Constant-current-output inverter wins GaN company’s university challenge

July 07, 2016 // By Graham Prophet
Post-graduate students at London’s Imperial College have won recognition in a design challenge set by gallium-nitride-device maker GaN Systems, an exercise carried out in association with the UK EPSRC Power Electronics Centre to accelerate the use of high speed GaN transistors in future power conversion or control applications.

A post-graduate team from Imperial College London received the £2,000 prize for winning the first, annual GaN Systems Geoff Haynes Future Power Challenge. Sponsored by GaN Systems, the competition was open to all UK power electronics postgraduate students who submitted research papers or posters that contributed to accelerating the use of GaN transistors in future power conversion or control applications. Prof. Mark Johnson of The University of Nottingham and Prof. Barrie Mecrow of Newcastle University judged the competition at the annual summer school event organized by the PhD students of the 10 Universities that form the EPSRC power electronics centre. The summer school is a student-led event intended to increase communication and co-operation between the student research teams and to provide an opportunity for the students to meet with prospective employers and research partners. Entries covered subjects as diverse as the design of a novel compact motor with embedded filter windings, through a reliability study and optimized PWM control strategy for an A-NPC converter.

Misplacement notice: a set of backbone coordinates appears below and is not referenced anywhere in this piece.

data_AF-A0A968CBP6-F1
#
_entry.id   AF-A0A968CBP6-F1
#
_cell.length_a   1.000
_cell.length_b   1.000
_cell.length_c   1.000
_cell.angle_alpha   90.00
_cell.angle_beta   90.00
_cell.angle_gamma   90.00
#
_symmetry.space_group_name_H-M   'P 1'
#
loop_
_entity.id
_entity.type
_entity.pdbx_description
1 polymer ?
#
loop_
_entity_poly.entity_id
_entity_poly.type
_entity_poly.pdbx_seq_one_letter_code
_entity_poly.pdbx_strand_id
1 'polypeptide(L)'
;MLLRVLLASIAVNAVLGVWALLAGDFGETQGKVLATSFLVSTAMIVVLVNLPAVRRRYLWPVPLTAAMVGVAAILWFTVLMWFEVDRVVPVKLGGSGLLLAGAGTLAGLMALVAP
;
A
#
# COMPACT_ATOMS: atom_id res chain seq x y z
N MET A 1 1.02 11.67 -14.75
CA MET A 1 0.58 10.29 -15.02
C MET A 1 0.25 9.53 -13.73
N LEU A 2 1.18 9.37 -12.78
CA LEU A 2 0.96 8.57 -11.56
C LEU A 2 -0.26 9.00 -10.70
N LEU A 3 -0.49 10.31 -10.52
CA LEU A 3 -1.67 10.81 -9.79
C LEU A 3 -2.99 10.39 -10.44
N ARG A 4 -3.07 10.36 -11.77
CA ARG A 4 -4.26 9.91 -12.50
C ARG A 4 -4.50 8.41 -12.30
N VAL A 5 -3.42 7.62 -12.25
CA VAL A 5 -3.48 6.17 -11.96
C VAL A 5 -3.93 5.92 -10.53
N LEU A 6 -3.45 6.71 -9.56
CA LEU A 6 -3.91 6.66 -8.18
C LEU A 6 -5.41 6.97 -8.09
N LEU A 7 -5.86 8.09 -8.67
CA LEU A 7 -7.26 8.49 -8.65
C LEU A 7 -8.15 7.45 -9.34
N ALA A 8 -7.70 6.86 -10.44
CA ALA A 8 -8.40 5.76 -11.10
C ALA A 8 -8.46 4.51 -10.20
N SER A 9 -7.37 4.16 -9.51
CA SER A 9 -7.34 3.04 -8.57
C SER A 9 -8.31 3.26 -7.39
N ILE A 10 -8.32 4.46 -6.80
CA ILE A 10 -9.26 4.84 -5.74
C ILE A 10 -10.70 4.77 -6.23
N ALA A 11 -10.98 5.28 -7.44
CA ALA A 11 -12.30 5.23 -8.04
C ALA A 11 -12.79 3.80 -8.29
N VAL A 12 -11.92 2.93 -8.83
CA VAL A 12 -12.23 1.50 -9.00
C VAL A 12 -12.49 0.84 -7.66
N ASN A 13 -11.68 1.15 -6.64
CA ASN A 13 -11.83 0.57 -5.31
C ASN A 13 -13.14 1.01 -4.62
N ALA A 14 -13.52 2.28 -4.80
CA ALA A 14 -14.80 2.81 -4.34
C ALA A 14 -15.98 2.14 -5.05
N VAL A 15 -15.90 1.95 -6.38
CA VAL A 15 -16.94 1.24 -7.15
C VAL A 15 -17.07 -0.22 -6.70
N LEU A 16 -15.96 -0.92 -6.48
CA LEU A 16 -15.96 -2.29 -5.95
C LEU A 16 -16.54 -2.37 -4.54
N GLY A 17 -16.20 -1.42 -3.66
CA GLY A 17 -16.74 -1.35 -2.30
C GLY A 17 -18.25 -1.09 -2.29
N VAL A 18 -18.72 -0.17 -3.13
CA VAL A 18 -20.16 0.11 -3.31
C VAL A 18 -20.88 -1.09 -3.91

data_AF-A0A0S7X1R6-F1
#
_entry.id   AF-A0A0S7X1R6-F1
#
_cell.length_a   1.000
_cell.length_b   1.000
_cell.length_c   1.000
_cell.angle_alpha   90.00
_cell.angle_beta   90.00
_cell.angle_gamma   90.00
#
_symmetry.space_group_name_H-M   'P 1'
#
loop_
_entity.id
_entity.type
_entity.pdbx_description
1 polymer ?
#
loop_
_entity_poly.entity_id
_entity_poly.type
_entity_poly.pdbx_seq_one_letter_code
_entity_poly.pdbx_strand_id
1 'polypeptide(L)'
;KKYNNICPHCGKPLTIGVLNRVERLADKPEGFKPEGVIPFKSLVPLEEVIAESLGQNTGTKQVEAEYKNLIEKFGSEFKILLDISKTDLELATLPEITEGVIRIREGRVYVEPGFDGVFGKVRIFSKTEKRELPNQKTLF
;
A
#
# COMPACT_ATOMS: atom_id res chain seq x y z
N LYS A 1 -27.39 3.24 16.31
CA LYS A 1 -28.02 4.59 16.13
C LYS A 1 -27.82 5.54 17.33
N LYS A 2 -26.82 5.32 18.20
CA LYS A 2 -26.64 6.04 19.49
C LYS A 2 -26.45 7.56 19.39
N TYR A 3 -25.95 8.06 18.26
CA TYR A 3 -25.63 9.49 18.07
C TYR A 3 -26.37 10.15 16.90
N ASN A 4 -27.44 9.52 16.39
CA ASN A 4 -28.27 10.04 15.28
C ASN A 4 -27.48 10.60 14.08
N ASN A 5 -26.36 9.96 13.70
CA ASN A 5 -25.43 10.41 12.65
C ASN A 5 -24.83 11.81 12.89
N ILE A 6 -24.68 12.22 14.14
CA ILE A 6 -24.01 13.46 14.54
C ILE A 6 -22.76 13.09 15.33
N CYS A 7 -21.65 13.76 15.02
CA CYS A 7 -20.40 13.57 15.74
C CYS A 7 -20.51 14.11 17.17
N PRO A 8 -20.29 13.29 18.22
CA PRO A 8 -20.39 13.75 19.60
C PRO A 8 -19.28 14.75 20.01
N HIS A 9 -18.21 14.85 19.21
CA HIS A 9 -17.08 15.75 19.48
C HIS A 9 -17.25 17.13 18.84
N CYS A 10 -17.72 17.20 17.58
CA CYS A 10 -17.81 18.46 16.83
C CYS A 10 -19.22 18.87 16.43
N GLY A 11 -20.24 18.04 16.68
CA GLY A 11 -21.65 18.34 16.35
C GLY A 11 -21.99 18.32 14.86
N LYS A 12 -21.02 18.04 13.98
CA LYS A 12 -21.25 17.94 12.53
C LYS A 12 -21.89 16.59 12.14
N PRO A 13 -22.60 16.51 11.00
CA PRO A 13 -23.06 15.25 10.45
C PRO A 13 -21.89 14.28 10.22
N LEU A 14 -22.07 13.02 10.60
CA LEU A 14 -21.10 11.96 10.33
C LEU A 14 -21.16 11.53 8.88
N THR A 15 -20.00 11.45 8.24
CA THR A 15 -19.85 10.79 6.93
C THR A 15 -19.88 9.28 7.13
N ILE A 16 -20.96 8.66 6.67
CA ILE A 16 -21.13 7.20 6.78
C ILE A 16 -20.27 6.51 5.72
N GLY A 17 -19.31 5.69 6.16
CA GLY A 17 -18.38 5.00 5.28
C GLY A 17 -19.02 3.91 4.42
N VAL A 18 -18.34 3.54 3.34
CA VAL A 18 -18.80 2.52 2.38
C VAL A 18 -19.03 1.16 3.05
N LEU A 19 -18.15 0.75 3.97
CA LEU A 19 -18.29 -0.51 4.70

Ph.D. students George Kkelis and Juan Arteaga, and research assistants Sam Aldhaher and David Yates from Imperial College London’s Department of Electrical and Electronic Engineering, supervised by Dr. Paul Mitcheson, first presented their work at the IEEE Wireless Power Transfer Conference in May 2016. The team developed two inverter prototypes, each based on a Class EF topology using GaN Systems’ GS66504B switches. Their new design maintains zero-voltage switching and delivers a constant output AC current regardless of the load resistance value. The design allows a Class E or Class EF inverter to operate efficiently for any load. This was shown to significantly relax the requirement for accurate alignment of transmit and receive coils in a wireless power application.


The GaN Systems Geoff Haynes Future Power Challenge was established in recognition of Mr. Haynes’s critical role in establishing GaN Systems, and championing the use of gallium nitride for power applications. Geoff Haynes retired last year